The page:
Feb 28, 2023
We asked patients one million questions last year. This is what we learned.
The article highlights insights gained from asking patients one million questions over the course of a year, including the importance of patient-centered care, the value of listening to patients' perspectives, and the need for healthcare providers to tailor their approaches to individual patients' needs and preferences. The data collected through this extensive survey can help inform efforts to improve patient experiences and outcomes.
What do you suppose happens if you hand a patient a smart phone or an iPad and ask them to start talking about their health? We quickly found out for ourselves; patients started feeding their healthcare record an incredible amount of articulated data. And, they overwhelmingly felt empowered in doing so. All this, is without the direct involvement of the healthcare staff where the data collection cost was a few pennies per day.
The Physical, Phygital and the Digital
We’re witnessing the reconfiguration of the social, physical and digital presence of the healthcare workflow and how it is rethinking the core components of value; cost, quality of care, and risk mitigation.
Modern health clouds allow providers to wrap their current electronic healthcare recording keeping systems with applications that gather, interpret and feed them valuable continuing care data from their patient communities. Those communities can be augmented with AI, summarized and accessed with SIRI and ALEXA-like assistants without the need for the over-burdened staff to manually query their traditional systems which could realize a savings of up to 50% of care delivery costs. Just ask your app any question and you get what you want — in the form and fashion that is the most insightful and convenient for the on-the-go clinician.
“Patients most often say it’s the first time they felt that they were allowed to weigh in on their own care.”
For example, I recently experienced this digital emphasis in the European market while spending some time there studying its digital health development initiatives. Digital health there is a national strategic priority with direct funding to EU block countries. European healthcare offers a good example of the Phygital with the development of the “digital ward”. The digital ward is an extension of the physical acute care process where the provider offers digital equipment to the patient upon leaving the physical care facility. That care bridge can contain any number of diagnostic edge devices that feed data back to the provider. Once the patient moves on a regular lifestyle that digital ward equipment transitions to a lighter digital footprint like a wearable or a smart phone where data collection could continue providing a longitudinal history of health patterns.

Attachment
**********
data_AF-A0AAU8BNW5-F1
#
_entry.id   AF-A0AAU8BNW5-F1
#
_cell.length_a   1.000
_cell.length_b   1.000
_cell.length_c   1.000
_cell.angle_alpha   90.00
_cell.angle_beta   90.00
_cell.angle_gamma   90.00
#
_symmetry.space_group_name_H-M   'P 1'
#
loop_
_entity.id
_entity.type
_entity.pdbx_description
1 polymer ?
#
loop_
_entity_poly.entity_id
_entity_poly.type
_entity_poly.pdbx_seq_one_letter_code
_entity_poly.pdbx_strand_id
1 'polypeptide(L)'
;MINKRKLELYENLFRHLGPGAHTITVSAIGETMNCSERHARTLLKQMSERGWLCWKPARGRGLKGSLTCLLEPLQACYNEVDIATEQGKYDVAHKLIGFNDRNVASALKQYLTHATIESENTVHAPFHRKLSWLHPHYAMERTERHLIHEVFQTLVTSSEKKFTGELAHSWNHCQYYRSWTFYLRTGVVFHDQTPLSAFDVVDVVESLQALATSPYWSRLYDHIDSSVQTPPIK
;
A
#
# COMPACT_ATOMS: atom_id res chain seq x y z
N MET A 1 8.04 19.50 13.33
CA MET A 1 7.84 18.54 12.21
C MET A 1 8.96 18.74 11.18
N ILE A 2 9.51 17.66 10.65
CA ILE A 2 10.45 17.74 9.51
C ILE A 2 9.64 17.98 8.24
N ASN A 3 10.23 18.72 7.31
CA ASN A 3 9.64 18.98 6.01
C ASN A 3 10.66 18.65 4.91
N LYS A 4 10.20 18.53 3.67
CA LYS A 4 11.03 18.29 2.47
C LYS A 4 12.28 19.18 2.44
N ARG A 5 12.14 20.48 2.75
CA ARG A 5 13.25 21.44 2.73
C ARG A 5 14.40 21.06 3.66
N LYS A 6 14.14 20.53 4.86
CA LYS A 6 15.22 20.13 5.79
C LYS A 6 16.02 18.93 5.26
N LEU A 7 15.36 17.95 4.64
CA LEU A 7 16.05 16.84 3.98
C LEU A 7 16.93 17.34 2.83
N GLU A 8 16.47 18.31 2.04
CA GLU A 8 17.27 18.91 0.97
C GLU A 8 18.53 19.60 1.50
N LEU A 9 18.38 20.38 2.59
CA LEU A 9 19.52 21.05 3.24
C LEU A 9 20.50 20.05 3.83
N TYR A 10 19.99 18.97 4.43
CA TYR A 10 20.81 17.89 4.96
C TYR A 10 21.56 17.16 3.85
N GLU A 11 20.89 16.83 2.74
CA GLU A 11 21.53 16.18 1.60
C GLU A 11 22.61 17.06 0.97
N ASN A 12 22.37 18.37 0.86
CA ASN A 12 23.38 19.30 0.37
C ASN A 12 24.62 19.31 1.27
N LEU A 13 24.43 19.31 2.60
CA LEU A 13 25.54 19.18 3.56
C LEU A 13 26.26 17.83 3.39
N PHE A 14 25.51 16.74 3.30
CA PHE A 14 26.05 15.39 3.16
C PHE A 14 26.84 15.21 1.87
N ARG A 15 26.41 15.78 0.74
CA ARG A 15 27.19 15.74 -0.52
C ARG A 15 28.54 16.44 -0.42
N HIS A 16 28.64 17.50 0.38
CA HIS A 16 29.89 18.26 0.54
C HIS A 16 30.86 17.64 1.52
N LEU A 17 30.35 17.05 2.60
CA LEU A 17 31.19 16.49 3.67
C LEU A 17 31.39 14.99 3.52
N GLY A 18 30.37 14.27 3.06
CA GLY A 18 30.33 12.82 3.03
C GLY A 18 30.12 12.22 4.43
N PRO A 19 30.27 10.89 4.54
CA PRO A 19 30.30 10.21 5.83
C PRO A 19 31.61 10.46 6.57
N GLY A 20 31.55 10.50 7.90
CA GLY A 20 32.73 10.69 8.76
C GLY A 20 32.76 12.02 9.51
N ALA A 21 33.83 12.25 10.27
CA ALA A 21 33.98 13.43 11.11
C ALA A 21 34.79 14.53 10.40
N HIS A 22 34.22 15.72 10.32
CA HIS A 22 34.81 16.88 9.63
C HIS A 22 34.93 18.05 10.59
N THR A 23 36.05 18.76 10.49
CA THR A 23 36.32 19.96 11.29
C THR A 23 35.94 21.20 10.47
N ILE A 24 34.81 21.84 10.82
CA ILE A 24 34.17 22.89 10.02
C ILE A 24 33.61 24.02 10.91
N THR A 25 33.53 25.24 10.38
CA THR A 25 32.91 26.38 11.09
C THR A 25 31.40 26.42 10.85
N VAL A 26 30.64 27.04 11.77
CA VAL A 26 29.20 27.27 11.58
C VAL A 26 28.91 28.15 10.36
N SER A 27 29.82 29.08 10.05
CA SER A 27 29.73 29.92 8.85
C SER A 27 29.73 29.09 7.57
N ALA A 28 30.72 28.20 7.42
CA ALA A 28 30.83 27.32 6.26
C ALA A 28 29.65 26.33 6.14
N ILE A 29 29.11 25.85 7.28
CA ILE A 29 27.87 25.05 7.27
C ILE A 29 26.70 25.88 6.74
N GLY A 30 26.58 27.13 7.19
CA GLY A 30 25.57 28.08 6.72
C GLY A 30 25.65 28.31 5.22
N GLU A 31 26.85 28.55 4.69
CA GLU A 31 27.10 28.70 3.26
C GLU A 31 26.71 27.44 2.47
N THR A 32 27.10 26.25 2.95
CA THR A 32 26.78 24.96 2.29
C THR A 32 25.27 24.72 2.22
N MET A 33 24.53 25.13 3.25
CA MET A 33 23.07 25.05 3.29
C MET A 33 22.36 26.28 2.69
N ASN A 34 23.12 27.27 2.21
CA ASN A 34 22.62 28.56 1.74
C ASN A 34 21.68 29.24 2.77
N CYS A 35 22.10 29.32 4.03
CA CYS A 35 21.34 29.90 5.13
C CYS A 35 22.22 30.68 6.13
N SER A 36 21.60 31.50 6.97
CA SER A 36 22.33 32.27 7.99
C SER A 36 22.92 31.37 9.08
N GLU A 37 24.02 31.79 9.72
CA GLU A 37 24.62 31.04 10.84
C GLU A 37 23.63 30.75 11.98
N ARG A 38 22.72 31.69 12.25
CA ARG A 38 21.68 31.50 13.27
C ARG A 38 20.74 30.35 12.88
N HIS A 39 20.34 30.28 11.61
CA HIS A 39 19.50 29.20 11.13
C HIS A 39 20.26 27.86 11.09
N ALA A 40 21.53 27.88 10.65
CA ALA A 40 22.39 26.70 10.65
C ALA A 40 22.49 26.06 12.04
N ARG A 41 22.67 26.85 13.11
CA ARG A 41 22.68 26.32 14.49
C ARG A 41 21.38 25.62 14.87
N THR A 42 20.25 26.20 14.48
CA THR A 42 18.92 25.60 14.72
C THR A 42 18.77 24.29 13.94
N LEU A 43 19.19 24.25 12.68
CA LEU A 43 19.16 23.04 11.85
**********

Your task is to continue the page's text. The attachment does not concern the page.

Smartphones enable healthcare.
Most smartphone users have used their device to gather health-related information. A Pew Research Center study cited that number at 62%, making mHealth a more common smartphone activity than online banking (57%), job searches (42%) or accessing school work or educational content (30%).
90% of physicians already use smartphones at work, where they use it to access electronic health records, communicate with their team, reference information, or manage their schedule. New apps and services make it increasingly possible to use smartphones as a valuable clinical tool that frees up time to spend with patients. Augmented intelligence has significantly advanced clinical intelligence as the growth of data volume is now at 36% compounded annual growth rate.
Two-thirds of the largest US hospitals offer mobile health apps. While at first glance this sounds impressive, the consulting firm Accenture finds that proprietary patient-centered apps originated from Health Cloud integration have the potential to better align functionality with patient needs.
Patient engagement is often mobile
43% of millennials prefer to access patient portals from their smartphone. Based on a 2014 Xerox study, this number is surely higher in 2023. Experts hope mobile access might boost actual portal use, which lingers between 15 and 30% despite nearly 90% of providers offering patient portals.
74% of patients say using wearables and other mHealth tools helps them cope with and manage their conditions, according to the Boston Technology Corporation.
Digital Health creates value and revenue — and competition
Micheal E. Porter, the Harvard professor and founder of the modern strategy field on management, predicted in 2013 that within 10 years healthcare such technologies would providers evolve into “a value-based competition” model enabled by these future digitally-led practices.
He continued to predict that there would emerge eight “imperatives for providers”:
· A redefinition of the business around medical conditions
· Choose the range and types of services provided
· Organization around medically integrated practices
· Create distinctive strategies in each practice unit
· Measurement of results, methods and patient attributes
· Move to single bills and new approaches to pricing
· Market services based on excellence, uniqueness and results
· Growth locally and geographically by areas of strength
Overall, the past year's worth of questions and data have greatly enhanced our ability to assist clients struggling with mental health and substance use disorders. By adopting new technologies and utilizing data-driven approaches, we have been able to improve the effectiveness of our treatment programs and provide better support to our clients.
Can Artificial Intelligence Save Value-Based Healthcare?
Should You Trust AI With Your Healthcare?
We spent 5 million hours engineering AI to work with Behavioral Health: Here’s what we learned.
Why value-based care is the most misunderstood concept in healthcare.
Have Questions? Lets Meet
Select a time you like to meet with us